Category Archives: Kia

2006 Kia Rio 5 SX (605)

Overview:

This week we’re looking at the 2006  Kia Rio 5 SX. After driving a few cars with manual transmission recently I’m reminded how much work they can be. I’m finding it difficult to justify a manual transmission and then it dawned on me that I’m forced to pay more attention to the driving experience. Yes, auto transmissions are distracting us from the business of driving. But I’d still buy auto any time.

This is obviously a very basic car that demands we take a trip back to the future, where mileage will be more important than power – even in America .

Public Service:

First I have to tell you a short story. I’m traveling down the freeway and notice a car with door guards on all 4 doors. You don’t see them often because it’s not usual for someone to be so concerned about YOUR car in today’s world. Most would consider them rather ugly. It surely won’t protect them from inconsiderate people who open their doors in parking areas without the least concern for the damage they can cause to your car. Kudos to that man, whoever he is.

Interested in a career in the auto service business?

There is a unique training facility available at no cost to students. It’s the Automotive Training Center – a partnership venture between Toyota Motor Sales, USA and the Los Angeles Urban League. You can get more information by calling 323-299-1633 or going to www.laatc.org. They boast a 75% placement of their 1500 graduates since 1993.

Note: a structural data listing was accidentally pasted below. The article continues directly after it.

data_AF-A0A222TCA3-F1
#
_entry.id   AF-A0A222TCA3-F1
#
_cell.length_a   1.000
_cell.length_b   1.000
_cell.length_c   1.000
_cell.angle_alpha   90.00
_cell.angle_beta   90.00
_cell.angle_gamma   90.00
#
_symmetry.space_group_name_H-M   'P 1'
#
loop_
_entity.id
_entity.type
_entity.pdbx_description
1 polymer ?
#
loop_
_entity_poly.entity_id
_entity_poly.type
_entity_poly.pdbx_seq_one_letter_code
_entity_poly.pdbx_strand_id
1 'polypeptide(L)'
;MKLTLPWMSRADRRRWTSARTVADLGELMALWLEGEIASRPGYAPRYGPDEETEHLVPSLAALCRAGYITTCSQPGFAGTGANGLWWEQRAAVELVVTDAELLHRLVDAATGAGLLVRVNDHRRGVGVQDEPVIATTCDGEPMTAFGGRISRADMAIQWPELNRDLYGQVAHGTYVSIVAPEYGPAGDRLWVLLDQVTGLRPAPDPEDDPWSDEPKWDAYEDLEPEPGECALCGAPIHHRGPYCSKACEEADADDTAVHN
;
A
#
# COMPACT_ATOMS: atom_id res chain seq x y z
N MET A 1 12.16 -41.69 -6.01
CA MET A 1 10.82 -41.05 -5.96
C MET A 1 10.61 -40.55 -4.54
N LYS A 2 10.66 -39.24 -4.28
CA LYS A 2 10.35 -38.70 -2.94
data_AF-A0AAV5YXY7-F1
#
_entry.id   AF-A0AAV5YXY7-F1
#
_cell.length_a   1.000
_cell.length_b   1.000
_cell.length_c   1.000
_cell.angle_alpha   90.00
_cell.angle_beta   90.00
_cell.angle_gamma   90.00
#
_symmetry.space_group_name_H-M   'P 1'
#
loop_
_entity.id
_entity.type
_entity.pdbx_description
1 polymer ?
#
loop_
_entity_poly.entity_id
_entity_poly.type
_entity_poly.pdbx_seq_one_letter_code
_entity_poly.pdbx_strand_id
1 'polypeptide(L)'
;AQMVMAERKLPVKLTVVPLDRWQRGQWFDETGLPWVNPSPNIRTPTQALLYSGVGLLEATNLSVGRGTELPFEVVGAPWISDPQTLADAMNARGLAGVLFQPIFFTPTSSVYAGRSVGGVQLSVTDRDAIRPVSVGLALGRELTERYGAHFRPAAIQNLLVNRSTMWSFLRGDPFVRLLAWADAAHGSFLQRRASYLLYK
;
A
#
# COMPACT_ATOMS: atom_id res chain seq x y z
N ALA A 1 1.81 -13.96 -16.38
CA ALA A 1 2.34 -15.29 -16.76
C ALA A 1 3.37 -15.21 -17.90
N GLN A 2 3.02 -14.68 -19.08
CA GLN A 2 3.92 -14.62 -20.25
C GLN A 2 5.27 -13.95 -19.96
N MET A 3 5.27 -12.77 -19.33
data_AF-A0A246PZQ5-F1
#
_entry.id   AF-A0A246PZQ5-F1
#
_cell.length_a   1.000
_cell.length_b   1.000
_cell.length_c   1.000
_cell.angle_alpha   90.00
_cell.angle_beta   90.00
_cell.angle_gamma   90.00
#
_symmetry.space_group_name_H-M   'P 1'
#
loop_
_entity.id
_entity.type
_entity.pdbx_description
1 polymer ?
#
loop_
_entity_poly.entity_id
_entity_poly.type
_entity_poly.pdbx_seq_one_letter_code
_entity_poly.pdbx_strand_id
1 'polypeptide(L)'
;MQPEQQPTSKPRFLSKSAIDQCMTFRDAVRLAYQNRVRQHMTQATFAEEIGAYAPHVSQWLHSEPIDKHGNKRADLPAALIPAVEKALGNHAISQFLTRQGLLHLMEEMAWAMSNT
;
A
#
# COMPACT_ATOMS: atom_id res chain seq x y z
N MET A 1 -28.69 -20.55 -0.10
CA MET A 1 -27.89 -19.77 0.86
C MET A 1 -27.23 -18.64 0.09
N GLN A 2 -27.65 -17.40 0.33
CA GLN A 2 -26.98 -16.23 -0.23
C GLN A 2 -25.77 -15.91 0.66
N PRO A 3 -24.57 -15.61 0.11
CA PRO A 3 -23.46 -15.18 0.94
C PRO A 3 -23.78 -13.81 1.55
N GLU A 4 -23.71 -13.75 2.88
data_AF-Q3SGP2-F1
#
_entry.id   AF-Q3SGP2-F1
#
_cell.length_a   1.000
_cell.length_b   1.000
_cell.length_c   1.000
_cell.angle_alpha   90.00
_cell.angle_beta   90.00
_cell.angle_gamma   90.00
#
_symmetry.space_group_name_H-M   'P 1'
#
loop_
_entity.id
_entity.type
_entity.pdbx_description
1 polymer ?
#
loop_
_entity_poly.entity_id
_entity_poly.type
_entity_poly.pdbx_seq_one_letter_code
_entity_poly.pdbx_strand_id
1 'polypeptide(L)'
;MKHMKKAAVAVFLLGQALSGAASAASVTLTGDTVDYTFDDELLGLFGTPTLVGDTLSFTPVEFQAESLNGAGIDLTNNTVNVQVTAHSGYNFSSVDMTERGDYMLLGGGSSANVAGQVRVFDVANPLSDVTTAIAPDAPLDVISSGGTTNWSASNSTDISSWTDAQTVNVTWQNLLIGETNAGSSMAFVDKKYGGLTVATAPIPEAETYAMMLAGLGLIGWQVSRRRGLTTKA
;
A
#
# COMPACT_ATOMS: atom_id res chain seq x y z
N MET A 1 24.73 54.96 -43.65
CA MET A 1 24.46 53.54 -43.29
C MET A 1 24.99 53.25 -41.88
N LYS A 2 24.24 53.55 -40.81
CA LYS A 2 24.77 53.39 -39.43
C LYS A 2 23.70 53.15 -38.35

Handling & Performance:

This Pea Popper is agile Jack, and nimble too, even if it’s not really very quick – candle or no. The most difficult thing for Americans to overcome in owning a car is that their love affair with the automobile is more passionate than a horse to a cowboy a hundred years ago. That affair is also ruled by ego. We must have it no matter the cost which is no small thing. So if performance is so important to both sexes you can bet that need for speed will force big fuel hungry powerful cars and trucks to continue to be the sweetheart of car buyers in America , if nowhere else on the planet.

I have a suggestion – buy the gas guzzling Suburban to pull the boat to the river and then park it and drive a Rio as a commuter the rest of the week. These things are a kick to drive and small enough to zip into that parking space you’d never squeeze into with that Sub.

Styling:

Once you look at the Scion this Kia Rio by comparison is beautiful. A 10.

Fit and Finish:

Pretty darn good by comparison with high end cars for five times the money. Most people would find it hard to justify the added money for the more finely crafted car.

Cost:

Not bad, but you can do better by buying American. Look at the Chevy Aveo for example.

Conveniences:

Standard equipment excludes power windows, mirrors, door locks, keyless entry and added audio speakers. This is only $600 to consider.

Consumer Recommendation: